Concerns have also been voiced about the revolving door at MMS, where agency officials go on to highly-paid positions at the companies they once regulated. Such an arrangement practically screams "conflict of interest". However, I am unaware of any MMS officials who have gone on to work for or lobby for environmental groups.In 2008, the Inspector General for the United States Department of the Interior issued three reports which found wrongdoing by current and former employees of the Minerals Management Service. As summarized in this New York Times article,the report cites "a culture of ethical failure" within the agency. Some of the findings include:
In one of the new reports, investigators concluded that Ms. Denett (former associate director of minerals revenue management)worked with two aides to steer a lucrative consulting contract to one of the aides after he retired, violating competitive procurement rules
The report says that eight officials in the royalty program accepted gifts from energy companies whose value exceeded limits set by ethics rules — including golf, ski and paintball outings; meals and drinks; and tickets to a Toby Keith concert, a Houston Texans football game and a Colorado Rockies baseball game.
The investigation also concluded that several of the officials “frequently consumed alcohol at industry functions, had used cocaine and marijuana, and had sexual relationships with oil and gas company representatives.”
The investigation separately found that the program’s manager mixed official and personal business. In sometimes lurid detail, the report also accuses him of having intimate relations with two subordinates, one of whom regularly sold him cocaine.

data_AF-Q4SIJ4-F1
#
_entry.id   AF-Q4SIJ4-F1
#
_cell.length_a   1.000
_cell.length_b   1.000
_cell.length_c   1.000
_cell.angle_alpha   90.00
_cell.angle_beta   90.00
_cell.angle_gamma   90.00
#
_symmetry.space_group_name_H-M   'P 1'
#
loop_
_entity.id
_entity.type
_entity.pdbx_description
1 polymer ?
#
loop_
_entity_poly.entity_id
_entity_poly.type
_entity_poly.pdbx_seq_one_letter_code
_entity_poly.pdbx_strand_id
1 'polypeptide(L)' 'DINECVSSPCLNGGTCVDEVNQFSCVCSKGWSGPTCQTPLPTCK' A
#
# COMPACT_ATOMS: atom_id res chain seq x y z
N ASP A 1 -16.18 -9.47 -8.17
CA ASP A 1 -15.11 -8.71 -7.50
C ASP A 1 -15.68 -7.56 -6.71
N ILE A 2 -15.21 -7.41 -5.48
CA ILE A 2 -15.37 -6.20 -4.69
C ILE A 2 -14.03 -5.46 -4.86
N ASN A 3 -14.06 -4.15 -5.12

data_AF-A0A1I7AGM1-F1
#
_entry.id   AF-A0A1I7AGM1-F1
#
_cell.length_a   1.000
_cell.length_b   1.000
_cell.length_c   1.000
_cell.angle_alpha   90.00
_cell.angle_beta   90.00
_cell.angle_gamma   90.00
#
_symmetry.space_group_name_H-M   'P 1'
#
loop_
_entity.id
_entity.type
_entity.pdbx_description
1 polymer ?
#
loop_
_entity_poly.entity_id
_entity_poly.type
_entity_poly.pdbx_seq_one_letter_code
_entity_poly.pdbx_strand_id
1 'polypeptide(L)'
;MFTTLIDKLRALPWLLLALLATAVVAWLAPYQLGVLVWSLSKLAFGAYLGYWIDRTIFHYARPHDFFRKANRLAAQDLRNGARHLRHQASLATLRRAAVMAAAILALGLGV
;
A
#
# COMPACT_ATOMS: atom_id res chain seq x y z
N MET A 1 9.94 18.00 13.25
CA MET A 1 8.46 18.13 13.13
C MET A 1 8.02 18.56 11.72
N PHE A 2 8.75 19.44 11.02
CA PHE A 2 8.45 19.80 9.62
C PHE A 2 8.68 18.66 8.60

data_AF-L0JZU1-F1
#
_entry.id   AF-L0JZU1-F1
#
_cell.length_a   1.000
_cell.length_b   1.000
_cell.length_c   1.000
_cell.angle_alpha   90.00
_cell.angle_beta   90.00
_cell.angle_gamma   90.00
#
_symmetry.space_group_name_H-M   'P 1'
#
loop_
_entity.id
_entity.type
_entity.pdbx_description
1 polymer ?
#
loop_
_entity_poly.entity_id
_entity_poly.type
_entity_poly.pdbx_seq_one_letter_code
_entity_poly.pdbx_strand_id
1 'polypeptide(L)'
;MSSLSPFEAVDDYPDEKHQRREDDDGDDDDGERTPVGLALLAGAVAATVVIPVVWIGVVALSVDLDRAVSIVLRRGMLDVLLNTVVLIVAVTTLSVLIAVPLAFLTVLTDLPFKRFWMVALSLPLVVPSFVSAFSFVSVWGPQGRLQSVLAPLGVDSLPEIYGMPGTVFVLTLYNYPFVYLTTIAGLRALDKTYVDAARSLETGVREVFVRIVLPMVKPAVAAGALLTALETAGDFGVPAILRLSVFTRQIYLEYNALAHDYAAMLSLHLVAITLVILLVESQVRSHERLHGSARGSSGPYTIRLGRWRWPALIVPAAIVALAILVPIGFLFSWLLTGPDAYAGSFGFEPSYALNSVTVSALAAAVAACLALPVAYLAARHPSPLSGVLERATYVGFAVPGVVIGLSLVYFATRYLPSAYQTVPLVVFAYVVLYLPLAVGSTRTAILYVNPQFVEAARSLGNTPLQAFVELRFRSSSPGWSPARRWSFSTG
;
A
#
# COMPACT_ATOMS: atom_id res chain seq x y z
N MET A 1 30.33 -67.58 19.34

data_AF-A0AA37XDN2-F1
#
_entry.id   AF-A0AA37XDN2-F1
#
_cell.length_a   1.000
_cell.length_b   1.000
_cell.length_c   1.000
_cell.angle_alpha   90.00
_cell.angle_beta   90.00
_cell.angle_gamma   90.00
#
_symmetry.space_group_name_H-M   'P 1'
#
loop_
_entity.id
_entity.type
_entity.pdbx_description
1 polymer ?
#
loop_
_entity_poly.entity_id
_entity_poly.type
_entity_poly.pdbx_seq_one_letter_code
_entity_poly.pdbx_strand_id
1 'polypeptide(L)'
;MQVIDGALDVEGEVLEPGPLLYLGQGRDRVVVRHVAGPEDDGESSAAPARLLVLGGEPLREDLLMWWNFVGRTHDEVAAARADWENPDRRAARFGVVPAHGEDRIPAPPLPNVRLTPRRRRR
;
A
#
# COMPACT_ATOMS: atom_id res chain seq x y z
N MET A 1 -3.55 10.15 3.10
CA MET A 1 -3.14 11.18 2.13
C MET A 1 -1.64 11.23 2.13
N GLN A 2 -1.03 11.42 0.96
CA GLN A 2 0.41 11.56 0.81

The report said that Mr. Smith (former program director of the royalty-in-kind program) improperly used his position with the royalty program to get an outside consulting job helping a technical services firm seek deals with oil and gas companies with which he was also conducting official business.
The report accused Mr. Smith of improperly accepting gifts from the oil and gas industry, of engaging in sex with two subordinates and of using cocaine that he purchased from his secretary or her boyfriend several times a year between 2002 and 2005. He sometimes asked for the drugs and received them in his office during work hours, the report said.
The report also detailed cozy relationships between energy companies and other officials in the royalty-in-kind program office. Some 19 officials — a third of the staff — took gifts from oil and gas executives, some with “prodigious frequency,” it said.
Two female employees “engaged in brief sexual relationships with industry contacts,” the reports’ cover memo said, adding that “sexual relationships with prohibited sources cannot, by definition, be arms’ length.” (Ha! A bit of bureaucratic humor!)
A report from Mr. Devaney’s (the Inspector General) office earlier this year found that the program had frequently allowed companies that purchased the oil and gas to revise their bids downward after they won contracts. It documented 118 such occasions that cost taxpayers about $4.4 million in all.
The article goes on to state: